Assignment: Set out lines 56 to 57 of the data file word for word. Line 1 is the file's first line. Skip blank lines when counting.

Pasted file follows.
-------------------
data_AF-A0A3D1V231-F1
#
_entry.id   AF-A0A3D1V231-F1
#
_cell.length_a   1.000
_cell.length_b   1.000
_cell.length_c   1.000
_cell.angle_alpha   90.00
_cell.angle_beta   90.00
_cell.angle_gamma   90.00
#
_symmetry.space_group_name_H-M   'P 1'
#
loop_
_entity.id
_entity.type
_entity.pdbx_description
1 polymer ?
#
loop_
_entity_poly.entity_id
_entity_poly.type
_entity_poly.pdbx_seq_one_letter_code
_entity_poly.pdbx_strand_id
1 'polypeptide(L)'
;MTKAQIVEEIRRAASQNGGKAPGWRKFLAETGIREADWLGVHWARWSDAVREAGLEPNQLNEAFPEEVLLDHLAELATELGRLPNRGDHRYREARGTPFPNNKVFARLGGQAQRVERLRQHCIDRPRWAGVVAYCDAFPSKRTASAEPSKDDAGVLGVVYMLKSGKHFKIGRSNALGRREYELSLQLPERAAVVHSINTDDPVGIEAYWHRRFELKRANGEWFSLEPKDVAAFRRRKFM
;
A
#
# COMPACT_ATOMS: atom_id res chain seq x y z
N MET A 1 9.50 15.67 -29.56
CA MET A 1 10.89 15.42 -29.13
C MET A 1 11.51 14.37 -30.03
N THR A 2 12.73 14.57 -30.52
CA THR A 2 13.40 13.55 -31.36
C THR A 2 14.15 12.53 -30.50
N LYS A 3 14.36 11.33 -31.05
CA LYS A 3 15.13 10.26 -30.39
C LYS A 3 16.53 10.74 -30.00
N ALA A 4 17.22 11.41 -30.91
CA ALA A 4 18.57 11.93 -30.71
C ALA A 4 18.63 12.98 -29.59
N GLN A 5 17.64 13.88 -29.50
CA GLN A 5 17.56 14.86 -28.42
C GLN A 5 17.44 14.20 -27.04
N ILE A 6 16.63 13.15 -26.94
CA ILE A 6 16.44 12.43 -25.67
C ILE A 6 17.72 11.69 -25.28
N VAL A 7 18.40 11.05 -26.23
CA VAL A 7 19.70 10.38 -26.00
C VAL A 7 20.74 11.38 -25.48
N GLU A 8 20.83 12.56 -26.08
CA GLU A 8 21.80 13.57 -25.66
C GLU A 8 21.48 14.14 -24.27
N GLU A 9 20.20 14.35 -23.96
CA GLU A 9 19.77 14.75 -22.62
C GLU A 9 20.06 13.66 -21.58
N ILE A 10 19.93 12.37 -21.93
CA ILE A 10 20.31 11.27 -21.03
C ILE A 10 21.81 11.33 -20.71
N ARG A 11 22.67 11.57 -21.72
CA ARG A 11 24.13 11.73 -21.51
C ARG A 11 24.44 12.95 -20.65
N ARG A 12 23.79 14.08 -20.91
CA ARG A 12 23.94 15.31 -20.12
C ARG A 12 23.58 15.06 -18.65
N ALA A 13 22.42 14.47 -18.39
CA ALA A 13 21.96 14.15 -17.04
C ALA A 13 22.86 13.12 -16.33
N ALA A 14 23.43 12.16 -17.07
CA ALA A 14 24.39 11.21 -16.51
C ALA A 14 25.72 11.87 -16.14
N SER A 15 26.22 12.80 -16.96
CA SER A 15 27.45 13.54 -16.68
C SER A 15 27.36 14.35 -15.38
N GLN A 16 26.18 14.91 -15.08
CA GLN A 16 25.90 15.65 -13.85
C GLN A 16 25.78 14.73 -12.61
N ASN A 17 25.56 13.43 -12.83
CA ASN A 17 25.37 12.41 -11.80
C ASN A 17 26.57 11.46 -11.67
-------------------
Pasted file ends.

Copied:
CA GLU A 9 19.77 14.75 -22.62
C GLU A 9 20.06 13.66 -21.58